I didn’t quite understood this reaction, specially because just a few weeks earlier three students from the Santa María university were killed under horrible circumstances and there was no reaction at all from any university. So I was wondering why this case and not any other, made the students block the entrance. A friend asked me to calm down and think positive, at least they were finally waking up. From the university, we marched a few blocks and then joined in the highway the people who personally knew the Faddoul brothers, the school community at least. We heard that similar actions were taking place at the Central University.
Then, I don’t remember if it was the same day or the day after, we stopped blocking streets and took a few buses (it is possible to find buses even on spontaneous marches, you just talk to the guy who drives it and he calls others, it’s a good business) and went to the “Nunciatura Apostólica” were we met with students from the Central University (UCV) mostly, and if I’m not mistaken, students from other universities as well.
I was still giving second thoughts to that protest, I think I was truly the soul of the disagreement in that protest. As we sat in the Nunciatura Apostólica, and made chants and rhymes about insecurity, I could not stop wondering why we were asking for security to the church authority except to go and ask that to the ones who are bound to guarantee our security (the government for example? The ministry of internal affairs and justice? The police?).It had no sense at all. “Be patient” – My friend asked me again, as he saw me sending killer looks to my friends of Política- UCAB who were leading that protest.
Nevertheless, from that senseless protest something interesting came: the students from the different organizations of the “Venezuelan youth for…” (put whatever you want in the “…”) worked together for a single goal: the fight against insecurity in a single way: they managed to met the different authorities in order to exchange ideas about how to reduce crime in the country and then they organized a larger protest called “Acuéstate por la vida” (“Lay down for life”) – an original way to call the country’s attention on the insecurity issue.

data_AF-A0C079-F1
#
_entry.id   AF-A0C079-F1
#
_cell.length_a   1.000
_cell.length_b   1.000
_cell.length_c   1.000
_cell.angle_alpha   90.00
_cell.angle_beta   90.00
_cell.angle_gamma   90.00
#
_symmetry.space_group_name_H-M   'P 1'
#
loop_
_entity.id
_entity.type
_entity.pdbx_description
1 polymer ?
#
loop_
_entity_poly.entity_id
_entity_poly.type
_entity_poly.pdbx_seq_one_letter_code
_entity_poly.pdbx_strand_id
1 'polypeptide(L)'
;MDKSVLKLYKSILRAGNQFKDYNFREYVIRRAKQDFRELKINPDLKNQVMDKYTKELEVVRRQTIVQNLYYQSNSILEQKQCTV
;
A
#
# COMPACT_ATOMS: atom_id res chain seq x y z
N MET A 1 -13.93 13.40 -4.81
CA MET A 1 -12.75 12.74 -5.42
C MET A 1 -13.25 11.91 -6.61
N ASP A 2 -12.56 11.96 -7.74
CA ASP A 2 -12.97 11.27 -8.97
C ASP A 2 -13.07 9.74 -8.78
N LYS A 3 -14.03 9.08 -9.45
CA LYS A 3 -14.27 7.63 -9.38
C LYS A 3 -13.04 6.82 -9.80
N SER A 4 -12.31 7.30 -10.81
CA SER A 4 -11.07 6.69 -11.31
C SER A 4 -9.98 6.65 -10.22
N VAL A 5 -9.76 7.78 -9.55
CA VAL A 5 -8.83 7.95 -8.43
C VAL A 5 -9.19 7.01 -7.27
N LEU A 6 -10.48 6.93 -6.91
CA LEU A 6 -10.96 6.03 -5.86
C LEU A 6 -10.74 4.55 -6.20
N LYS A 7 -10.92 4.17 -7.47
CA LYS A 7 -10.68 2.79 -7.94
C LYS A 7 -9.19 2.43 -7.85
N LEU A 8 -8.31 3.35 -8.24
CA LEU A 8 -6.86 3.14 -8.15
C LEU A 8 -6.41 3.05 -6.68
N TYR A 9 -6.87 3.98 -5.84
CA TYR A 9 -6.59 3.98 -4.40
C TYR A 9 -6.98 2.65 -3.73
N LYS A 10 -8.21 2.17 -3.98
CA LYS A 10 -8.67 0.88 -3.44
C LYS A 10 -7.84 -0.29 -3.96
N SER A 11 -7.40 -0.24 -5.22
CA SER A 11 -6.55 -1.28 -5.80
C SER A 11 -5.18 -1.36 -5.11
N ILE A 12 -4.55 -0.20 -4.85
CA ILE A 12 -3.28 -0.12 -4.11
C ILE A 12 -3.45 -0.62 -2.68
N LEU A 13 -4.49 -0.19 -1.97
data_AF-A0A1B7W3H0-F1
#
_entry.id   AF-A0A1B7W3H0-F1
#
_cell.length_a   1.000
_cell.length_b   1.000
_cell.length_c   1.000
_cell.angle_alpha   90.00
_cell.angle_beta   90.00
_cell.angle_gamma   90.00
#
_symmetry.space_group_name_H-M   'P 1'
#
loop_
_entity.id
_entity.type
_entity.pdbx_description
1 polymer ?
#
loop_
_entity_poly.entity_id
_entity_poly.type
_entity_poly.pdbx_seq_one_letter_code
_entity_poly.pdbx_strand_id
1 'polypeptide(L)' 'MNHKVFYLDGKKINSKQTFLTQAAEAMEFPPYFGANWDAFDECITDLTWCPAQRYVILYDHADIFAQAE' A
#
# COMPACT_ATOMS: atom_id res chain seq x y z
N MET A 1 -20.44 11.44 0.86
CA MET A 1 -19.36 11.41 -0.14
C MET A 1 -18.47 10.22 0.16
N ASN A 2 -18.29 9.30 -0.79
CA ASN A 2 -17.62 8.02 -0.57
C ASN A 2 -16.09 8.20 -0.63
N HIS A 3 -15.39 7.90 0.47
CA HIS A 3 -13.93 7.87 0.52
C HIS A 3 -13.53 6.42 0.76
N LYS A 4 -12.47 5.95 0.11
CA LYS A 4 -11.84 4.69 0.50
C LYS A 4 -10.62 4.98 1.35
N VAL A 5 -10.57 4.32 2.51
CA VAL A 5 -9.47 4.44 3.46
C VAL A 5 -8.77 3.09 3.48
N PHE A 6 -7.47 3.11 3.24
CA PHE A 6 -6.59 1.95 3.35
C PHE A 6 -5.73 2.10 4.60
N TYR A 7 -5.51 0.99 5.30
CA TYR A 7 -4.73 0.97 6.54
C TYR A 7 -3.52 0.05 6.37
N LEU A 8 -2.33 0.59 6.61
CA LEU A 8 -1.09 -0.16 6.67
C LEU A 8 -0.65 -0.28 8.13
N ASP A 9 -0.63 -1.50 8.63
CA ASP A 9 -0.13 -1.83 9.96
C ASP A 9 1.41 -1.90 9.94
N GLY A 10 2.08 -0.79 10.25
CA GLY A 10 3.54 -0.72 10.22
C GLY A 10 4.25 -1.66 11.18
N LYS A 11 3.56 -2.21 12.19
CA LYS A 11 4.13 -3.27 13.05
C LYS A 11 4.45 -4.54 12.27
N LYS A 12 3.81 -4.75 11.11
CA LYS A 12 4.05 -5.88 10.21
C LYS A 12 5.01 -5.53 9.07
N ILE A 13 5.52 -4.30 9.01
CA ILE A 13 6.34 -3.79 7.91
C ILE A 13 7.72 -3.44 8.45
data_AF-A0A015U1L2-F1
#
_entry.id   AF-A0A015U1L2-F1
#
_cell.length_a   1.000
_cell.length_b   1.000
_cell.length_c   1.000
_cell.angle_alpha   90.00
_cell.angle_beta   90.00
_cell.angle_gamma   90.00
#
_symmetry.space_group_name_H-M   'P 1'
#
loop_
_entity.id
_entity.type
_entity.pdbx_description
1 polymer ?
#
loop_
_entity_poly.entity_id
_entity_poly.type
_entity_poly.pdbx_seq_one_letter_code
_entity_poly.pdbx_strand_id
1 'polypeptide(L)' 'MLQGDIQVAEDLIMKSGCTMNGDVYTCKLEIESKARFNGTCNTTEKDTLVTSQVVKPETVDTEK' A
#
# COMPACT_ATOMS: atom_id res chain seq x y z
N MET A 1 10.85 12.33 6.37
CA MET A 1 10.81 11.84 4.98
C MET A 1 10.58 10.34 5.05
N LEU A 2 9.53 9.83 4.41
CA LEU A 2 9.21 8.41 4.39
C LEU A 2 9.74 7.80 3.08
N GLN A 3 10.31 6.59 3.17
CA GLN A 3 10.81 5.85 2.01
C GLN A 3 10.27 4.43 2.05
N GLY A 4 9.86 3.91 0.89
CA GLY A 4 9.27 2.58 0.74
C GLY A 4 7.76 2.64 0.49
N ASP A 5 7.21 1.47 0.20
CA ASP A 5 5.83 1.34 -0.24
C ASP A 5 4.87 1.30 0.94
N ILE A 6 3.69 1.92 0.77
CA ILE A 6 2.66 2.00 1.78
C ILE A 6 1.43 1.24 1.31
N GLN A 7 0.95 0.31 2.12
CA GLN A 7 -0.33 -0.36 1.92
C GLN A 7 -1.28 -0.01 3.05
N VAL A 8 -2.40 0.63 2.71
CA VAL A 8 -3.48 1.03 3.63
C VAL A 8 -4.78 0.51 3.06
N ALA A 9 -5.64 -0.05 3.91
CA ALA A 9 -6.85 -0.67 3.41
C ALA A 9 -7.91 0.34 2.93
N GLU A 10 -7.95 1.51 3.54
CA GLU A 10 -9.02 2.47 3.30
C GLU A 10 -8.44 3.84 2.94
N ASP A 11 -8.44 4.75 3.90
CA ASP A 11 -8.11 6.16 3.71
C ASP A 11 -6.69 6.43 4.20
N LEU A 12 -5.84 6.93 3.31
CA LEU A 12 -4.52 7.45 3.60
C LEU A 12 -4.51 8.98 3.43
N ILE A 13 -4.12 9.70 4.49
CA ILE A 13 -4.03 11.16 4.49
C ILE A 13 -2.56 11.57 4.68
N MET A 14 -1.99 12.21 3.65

The idea was to reunite at least 67.000 people in representation for the 67.000 deaths of violent cases that the country had suffered till that day (the number is obviously higher now). The protesters lay in the ground for a few minutes in silence while a funeral song and a simulation of gun shots was played. That moment of being lay in the ground, with an unbearable sun on my face, had a special meaning for me because maybe for the first time I thought not only on Chavez government itself but in a trouble that affected us beyond Chavez and that it was not going to be solved if Chavez government simply ended one day.
As for the student movement, there was no such thing as a “student movement” back then but it was the first time that a coordination between different universities for doing something was tested with some results. At the end, no real plan was implemented for solving the insecurity situation despite all that effort of making one. The media and certainly everybody did not focused the news about those days on the students. And as horrible as the murder of the Faddoul brothers was, the response was high but short in time, there was no second demonstration about it that I heard of to make some real pressure on the government. It all stayed in a brief act of good will. My friend asked me for some more patience, but my university years were coming to an end and I’m not exactly known for being a “patient” person.
About the picture: I took it on the day the students blocked my university entrance for the first time since I entered the university.
Now here is the video of the "Acuéstate por la vida" event. Its in spanish but you should go to the minute 07:25 to see what the protest was all about. Enjoy